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Nam2001

CLRC Greek

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I am curious for reviews as well.  My daughter takes Greek through Lukeion, but it appears that CLRC moves more slowly through the same textbook.  My son has expressed interest in Greek, but the Lukeion pace is pretty quick.

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@Kathleen in LV posted that she has a kid who has taken three years if Greek at CLRC. Might see if she'll pop in & review it for you - good & bad?

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My dd hasn’t taken Greek through CLRC, but she’s taken Latin through CLRC and Lukeion and Anne VanFossen teaches the Latin at CLRC as well as the Greek. I can’t say enough wonderful things about Anne. She is very bright and dedicated to her students as well as being a kind and decent person. The biggest differences between the CLRC and Lukeion classes for my dd were:

- more scaffolding and accountability with Lukeion. My dd started CLRC’s Latin 4 in 9th grade and the focus was on translating, but the students didn’t turn in their complete translations. My dd didn’t realize that she needed to completely write them out. She was just reading and translating in her head for awhile. Lukeion requires those to be turned in and feedback and grading occurs. They also use quia for vocabulary and quiz practice.

- Classes were 2 hours long at CLRC vs 1 hour at Lukeion, which felt really long to my dd. However, classes were smaller, warmer and more personal at CLRC. An issue with CLRC is that Anne is very kind and doesn’t want to tell the students they are wrong. That led to some frustration for my dd. On the other hand, Anne was extremely receptive to any questions or concerns we had and always made time to fully delve into issues. Mrs. Barr is too busy for that in our experience.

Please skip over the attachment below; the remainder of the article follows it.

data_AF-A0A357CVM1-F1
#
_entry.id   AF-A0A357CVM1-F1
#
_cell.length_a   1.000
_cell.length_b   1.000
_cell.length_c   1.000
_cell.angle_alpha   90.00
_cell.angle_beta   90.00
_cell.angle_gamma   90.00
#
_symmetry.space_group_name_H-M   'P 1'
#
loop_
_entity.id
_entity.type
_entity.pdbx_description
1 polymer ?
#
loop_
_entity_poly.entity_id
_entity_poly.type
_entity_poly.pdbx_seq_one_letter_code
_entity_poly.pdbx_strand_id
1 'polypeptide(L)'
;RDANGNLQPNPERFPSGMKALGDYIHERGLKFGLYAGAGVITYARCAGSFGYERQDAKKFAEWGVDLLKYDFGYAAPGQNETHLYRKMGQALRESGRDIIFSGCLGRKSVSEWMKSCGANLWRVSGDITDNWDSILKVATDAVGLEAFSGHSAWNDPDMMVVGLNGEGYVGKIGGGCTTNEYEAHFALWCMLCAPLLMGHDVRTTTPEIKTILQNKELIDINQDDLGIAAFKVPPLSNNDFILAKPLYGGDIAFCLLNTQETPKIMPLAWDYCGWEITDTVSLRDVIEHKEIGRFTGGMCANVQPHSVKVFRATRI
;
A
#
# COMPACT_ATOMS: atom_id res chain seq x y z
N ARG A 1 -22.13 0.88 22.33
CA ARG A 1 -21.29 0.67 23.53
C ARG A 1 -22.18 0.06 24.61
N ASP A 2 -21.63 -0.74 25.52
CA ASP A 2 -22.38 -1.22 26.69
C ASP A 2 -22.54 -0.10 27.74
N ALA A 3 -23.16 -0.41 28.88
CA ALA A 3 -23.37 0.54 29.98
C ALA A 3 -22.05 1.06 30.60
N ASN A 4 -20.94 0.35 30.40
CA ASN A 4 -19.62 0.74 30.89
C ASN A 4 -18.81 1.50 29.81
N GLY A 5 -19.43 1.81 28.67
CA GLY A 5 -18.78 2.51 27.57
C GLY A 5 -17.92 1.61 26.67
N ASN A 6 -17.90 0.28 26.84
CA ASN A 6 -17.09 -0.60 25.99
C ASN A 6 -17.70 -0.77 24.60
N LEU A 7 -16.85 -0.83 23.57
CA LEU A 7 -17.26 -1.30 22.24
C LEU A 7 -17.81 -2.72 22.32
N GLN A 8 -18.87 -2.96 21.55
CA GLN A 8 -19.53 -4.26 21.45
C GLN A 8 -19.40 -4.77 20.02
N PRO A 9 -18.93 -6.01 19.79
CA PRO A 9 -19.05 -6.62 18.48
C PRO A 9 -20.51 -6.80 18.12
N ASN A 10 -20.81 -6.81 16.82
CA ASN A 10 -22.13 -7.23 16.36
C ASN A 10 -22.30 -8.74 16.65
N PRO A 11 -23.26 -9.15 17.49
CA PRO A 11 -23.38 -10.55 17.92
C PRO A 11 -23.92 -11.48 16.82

I think both classes are great options, and that CLRC just expected the students to take more responsibility for their own learning, which my dd wasn’t expecting after her prior year with Lone Pine where there were tons of assignments to turn in and everything was graded. In the end, we switched to Lukeion mid-semester because of their reputation with AP Latin and taking that exam was my dd’s goal for 10th. I think Anne was just starting to offer AP Latin at that time.

PM me if you have any other questions.

 

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12 minutes ago, Mom0012 said:

My dd hasn’t taken Greek through CLRC, but she’s taken Latin through CLRC and Lukeion and Anne VanFossen teaches the Latin at CLRC as well as the Greek. I can’t say enough wonderful things about Anne. She is very bright and dedicated to her students as well as being a kind and decent person. The biggest differences between the CLRC and Lukeion classes for my dd were:

- more scaffolding and accountability with Lukeion. My dd started CLRC’s Latin 4 in 9th grade and the focus was on translating, but the students didn’t turn in their complete translations. My dd didn’t realize that she needed to completely write them out. She was just reading and translating in her head for awhile. Lukeion requires those to be turned in and feedback and grading occurs. They also use quia for vocabulary and quiz practice.

- Classes were 2 hours long at CLRC vs 1 hour at Lukeion, which felt really long to my dd. However, classes were smaller, warmer and more personal at CLRC. An issue with CLRC is that Anne is very kind and doesn’t want to tell the students they are wrong. That led to some frustration for my dd. On the other hand, Anne was extremely receptive to any questions or concerns we had and always made time to fully delve into issues. Mrs. Barr is too busy for that in our experience.